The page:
“We are the only brewery east of the Mississippi to win that award,” Director of Marketing Steve Farace says. “But, quality and consistency are our hallmarks, and when you’re a small business like us, you make that a priority.”
Working with the right vendors and building relationships in the industry is important to SweetWater, and Bensch believes this focus has a direct impact on quality. “We’re all about relationships here, and we definitely like to know who we’re doing business with,” he says. “Consumers also like to know who is making their beer.”
Paul Kirbabas, director of sales administration for United Distributors, has gained intimate knowledge of the brand and its followers. For the past eight years, he has represented SweetWater in the state of Georgia, and has seen the consumer reaction to these products first-hand.
“When people open a bottle of SweetWater, they just enjoy this feeling of freedom,” Kirbabas says.
“It’s a great product that’s local, and everybody likes the feeling associated with it, because they feel like friends of the brewery.”
According to Kirbabas, SweetWater is gaining immense momentum in Atlanta, which he calls the epicenter of the South. In fact, he says, there is such great availability there that in most cases, where there’s beer on tap, there’s SweetWater. “It’s generated great awareness in other craft beer markets, as well,” he adds, calling SweetWater one of the city’s fastest-growing brands.
Today, SweetWater has become the 24th largest craft brewery in the country, with beer only available in Georgia and the five states it borders.
Many retailers see the SweetWater beer as a great “image” product to display, considering the creative and at times inappropriate – in a good way – product names. “Everyone has a different interpretation of the 420, for example, and it might make someone feel like they’re a little bit cutting-edge,” Kirbabas explains. “It’s like a hidden secret and everyone likes to be a part of something like that. They’re having a blast at SweetWater, and they’re blowing up at the same time.”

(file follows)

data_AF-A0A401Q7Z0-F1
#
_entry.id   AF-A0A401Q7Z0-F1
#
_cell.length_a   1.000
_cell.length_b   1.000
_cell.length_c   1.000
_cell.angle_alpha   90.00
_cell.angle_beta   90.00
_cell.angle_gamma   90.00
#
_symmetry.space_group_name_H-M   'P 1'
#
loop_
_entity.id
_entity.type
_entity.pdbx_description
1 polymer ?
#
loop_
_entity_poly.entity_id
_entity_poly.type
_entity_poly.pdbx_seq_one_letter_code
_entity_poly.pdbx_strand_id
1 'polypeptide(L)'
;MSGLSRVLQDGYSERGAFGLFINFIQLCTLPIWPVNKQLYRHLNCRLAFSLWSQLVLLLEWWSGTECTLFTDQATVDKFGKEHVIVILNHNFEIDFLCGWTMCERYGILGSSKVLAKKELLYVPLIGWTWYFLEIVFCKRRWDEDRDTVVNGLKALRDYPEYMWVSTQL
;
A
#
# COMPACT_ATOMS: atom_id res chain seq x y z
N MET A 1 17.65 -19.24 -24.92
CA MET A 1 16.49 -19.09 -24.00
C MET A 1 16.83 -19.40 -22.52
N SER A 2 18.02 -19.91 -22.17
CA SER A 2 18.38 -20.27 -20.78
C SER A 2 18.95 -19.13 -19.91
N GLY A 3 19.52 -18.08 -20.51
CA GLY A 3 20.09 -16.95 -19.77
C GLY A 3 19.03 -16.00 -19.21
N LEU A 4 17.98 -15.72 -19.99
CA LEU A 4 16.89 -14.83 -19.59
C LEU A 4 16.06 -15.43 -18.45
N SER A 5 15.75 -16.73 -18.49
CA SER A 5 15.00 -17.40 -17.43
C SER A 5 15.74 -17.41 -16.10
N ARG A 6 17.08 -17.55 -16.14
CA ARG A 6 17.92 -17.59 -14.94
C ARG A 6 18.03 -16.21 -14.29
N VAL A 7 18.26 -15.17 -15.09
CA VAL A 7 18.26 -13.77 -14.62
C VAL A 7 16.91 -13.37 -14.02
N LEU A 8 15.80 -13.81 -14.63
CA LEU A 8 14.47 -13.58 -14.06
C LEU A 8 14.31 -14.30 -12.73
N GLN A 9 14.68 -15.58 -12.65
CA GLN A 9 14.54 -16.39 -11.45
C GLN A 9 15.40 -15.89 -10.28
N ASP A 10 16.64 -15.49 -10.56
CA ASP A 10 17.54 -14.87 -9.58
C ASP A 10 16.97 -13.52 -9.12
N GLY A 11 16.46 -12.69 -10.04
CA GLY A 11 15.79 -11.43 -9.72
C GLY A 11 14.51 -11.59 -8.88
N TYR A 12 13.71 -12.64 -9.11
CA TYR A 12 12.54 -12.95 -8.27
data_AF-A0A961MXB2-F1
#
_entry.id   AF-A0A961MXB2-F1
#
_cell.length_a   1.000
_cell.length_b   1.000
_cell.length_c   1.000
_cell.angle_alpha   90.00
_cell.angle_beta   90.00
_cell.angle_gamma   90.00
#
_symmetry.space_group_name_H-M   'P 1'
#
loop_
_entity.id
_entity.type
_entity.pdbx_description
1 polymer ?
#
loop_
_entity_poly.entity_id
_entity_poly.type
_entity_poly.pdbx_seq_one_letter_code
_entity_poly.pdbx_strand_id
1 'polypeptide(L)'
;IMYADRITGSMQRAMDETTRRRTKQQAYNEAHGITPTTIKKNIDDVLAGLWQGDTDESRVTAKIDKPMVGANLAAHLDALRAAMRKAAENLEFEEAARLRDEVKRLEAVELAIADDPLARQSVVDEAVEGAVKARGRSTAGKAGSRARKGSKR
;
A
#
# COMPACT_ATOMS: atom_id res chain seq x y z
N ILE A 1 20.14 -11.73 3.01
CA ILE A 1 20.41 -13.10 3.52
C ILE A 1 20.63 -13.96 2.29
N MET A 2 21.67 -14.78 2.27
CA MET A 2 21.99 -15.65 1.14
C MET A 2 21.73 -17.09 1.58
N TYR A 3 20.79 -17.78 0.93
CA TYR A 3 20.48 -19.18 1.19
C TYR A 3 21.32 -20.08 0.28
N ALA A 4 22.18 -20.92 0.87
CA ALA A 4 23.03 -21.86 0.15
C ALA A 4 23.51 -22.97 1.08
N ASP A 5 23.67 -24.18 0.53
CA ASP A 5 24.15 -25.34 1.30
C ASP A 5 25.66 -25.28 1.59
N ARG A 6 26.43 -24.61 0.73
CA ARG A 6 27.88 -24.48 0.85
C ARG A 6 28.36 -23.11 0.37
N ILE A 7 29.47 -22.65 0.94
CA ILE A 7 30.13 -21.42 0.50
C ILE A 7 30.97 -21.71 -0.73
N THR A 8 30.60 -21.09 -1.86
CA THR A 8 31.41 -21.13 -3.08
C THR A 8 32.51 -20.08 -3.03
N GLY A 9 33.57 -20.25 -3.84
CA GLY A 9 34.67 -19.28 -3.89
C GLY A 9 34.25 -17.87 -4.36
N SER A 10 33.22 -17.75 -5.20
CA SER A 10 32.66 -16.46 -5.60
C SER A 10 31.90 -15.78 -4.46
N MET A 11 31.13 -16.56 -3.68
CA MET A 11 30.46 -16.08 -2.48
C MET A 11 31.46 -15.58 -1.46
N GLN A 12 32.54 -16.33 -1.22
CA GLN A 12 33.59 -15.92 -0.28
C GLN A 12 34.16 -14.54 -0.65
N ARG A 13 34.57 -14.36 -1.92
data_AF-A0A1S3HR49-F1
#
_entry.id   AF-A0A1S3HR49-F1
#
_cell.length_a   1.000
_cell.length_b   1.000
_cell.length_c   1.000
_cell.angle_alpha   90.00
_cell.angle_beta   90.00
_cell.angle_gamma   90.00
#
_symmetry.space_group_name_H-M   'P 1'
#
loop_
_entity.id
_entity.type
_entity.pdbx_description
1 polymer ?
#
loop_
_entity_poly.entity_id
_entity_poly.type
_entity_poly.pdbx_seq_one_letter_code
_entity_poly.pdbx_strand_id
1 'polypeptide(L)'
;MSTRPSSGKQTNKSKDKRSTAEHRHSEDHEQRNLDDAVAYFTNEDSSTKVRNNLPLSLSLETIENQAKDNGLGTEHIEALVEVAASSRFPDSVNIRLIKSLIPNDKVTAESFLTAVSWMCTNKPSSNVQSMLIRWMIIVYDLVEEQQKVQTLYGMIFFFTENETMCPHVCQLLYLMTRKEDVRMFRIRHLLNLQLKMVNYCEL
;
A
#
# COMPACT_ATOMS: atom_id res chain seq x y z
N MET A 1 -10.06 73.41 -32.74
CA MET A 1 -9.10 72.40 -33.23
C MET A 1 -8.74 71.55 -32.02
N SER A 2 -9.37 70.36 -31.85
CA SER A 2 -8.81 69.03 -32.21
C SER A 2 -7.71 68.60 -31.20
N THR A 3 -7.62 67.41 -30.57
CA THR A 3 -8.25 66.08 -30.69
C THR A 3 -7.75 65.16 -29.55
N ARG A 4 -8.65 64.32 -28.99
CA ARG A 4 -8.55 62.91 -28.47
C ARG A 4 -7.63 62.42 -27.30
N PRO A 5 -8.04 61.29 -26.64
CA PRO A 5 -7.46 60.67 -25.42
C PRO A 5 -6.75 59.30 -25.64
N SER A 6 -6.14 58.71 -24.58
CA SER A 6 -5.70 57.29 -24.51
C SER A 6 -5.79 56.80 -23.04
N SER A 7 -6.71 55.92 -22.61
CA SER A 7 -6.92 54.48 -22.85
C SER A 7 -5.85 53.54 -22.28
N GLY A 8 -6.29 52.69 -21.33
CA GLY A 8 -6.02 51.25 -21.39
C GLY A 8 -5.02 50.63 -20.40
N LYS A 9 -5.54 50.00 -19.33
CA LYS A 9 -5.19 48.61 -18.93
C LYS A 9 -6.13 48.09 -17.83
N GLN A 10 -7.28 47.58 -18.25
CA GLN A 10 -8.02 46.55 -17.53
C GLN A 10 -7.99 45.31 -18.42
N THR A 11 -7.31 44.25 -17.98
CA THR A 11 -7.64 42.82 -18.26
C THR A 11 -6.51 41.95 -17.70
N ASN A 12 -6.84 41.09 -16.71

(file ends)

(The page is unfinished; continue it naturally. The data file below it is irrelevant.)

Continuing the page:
When Kirbabas first began representing the company eight years ago, he sold 200,000 cases. This year, that number tops 750,000. “That is a success story if I’ve ever heard one,” he said. “But, the biggest success of all is the size of Freddy Bensch’s heart. Once you meet him, his infectious energy will stay with you forever.”
Farace believes the people behind the label make a difference in creating brand loyalty and generating growth. Farace previously worked for Guinness, and sees SweetWater as a unique operation with a strong focus on the beer.
“The fact that the guy who started the brewery is still running the show after 15 years is pretty cool,” he says. “This is a brewer calling the shots, and everything is about the beer – it’s not like someone came up with a clever name but doesn’t care about the product they’re selling.”
SweetWater strives to stay close to fans by offering regular brewery tours, event space and the chance to talk to the brewers behind the brand. In its old facility, which was located in a less-than-ideal industrial park, the brewery saw little interest from people wanting to tour the facility. “We had maybe 20 or 30 people come through for tours in our old facility,” Farace says.
“But now, we see between 200 and 800 people a day, and getting people out here is huge,” he adds.
The new facility’s event space often hosts weddings, high school reunions, trade shows, fundraisers and more. With the brewery playing host, and the beer front and center, these events often introduce people to all SweetWater has to offer. Guests of events can tour the facility, taste samples and see for themselves what it takes to operate a brewery.
“It’s a really fun environment, and we get a great cross section of people, too, from folks who are just turning 21, to those who are in their 30s and 40s who are getting into craft beer,” Farace says. “We also find that many people who live in Atlanta show the brewery to their friends and family from out of town.”
To stay connected with its customers, the company maintains strong connections to the communities it serves. SweetWater has long been involved in programs devoted to the cleanup efforts of the Chattahoochee River, and also donates a percentage of its profits to Camp Twin Lakes, serving children with serious illnesses and disabilities.
Bensch is proud that employees often become personally invested in these community outreach programs. “I’m stoked that our people really step up to the plate and are proud of what they’re doing here,” he says.